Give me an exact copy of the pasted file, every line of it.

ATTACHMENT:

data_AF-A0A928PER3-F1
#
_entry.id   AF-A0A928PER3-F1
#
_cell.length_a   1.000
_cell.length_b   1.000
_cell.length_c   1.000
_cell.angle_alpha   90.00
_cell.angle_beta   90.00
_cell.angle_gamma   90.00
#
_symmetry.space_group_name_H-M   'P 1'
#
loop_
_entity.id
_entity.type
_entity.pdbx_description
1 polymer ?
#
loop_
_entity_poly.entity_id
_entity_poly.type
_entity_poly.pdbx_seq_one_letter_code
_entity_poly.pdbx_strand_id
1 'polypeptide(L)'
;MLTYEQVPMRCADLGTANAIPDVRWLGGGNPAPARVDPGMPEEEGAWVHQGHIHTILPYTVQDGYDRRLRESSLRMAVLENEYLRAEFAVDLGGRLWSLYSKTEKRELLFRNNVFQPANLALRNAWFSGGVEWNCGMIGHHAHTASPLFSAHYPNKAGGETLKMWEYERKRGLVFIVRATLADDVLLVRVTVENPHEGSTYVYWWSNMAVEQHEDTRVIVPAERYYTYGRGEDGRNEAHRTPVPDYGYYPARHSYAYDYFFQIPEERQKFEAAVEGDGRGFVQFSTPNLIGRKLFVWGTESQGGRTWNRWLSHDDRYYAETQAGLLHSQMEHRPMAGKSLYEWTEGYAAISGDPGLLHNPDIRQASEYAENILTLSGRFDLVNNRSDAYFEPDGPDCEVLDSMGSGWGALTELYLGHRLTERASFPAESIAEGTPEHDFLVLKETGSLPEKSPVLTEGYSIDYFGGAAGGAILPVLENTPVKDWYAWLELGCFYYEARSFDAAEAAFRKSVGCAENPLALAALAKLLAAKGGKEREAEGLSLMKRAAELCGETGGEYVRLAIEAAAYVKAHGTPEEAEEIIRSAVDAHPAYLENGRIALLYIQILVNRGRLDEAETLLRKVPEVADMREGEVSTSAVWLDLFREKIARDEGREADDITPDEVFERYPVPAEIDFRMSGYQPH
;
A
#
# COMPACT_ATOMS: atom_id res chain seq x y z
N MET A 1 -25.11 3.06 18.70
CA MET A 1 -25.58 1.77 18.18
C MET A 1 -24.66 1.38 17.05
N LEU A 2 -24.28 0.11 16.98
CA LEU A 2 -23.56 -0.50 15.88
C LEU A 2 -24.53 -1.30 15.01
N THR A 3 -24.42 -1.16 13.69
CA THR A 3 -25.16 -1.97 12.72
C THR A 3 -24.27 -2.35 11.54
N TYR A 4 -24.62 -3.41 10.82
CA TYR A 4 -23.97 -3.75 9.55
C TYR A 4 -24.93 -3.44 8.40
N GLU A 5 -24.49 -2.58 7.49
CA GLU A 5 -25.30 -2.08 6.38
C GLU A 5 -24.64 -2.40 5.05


data_AF-A0A928PER3-F1
#
_entry.id   AF-A0A928PER3-F1
#
_cell.length_a   1.000
_cell.length_b   1.000
_cell.length_c   1.000
_cell.angle_alpha   90.00
_cell.angle_beta   90.00
_cell.angle_gamma   90.00
#
_symmetry.space_group_name_H-M   'P 1'
#
loop_
_entity.id
_entity.type
_entity.pdbx_description
1 polymer ?
#
loop_
_entity_poly.entity_id
_entity_poly.type
_entity_poly.pdbx_seq_one_letter_code
_entity_poly.pdbx_strand_id
1 'polypeptide(L)'
;MLTYEQVPMRCADLGTANAIPDVRWLGGGNPAPARVDPGMPEEEGAWVHQGHIHTILPYTVQDGYDRRLRESSLRMAVLENEYLRAEFAVDLGGRLWSLYSKTEKRELLFRNNVFQPANLALRNAWFSGGVEWNCGMIGHHAHTASPLFSAHYPNKAGGETLKMWEYERKRGLVFIVRATLADDVLLVRVTVENPHEGSTYVYWWSNMAVEQHEDTRVIVPAERYYTYGRGEDGRNEAHRTPVPDYGYYPARHSYAYDYFFQIPEERQKFEAAVEGDGRGFVQFSTPNLIGRKLFVWGTESQGGRTWNRWLSHDDRYYAETQAGLLHSQMEHRPMAGKSLYEWTEGYAAISGDPGLLHNPDIRQASEYAENILTLSGRFDLVNNRSDAYFEPDGPDCEVLDSMGSGWGALTELYLGHRLTERASFPAESIAEGTPEHDFLVLKETGSLPEKSPVLTEGYSIDYFGGAAGGAILPVLENTPVKDWYAWLELGCFYYEARSFDAAEAAFRKSVGCAENPLALAALAKLLAAKGGKEREAEGLSLMKRAAELCGETGGEYVRLAIEAAAYVKAHGTPEEAEEIIRSAVDAHPAYLENGRIALLYIQILVNRGRLDEAETLLRKVPEVADMREGEVSTSAVWLDLFREKIARDEGREADDITPDEVFERYPVPAEIDFRMSGYQPH
;
A
#
# COMPACT_ATOMS: atom_id res chain seq x y z
N MET A 1 -25.11 3.06 18.70
CA MET A 1 -25.58 1.77 18.18
C MET A 1 -24.66 1.38 17.05
N LEU A 2 -24.28 0.11 16.98
CA LEU A 2 -23.56 -0.50 15.88
C LEU A 2 -24.53 -1.30 15.01
N THR A 3 -24.42 -1.16 13.69
CA THR A 3 -25.16 -1.97 12.72
C THR A 3 -24.27 -2.35 11.54
N TYR A 4 -24.62 -3.41 10.82
CA TYR A 4 -23.97 -3.75 9.55
C TYR A 4 -24.93 -3.44 8.40
N GLU A 5 -24.49 -2.58 7.49
CA GLU A 5 -25.30 -2.08 6.38
C GLU A 5 -24.64 -2.40 5.05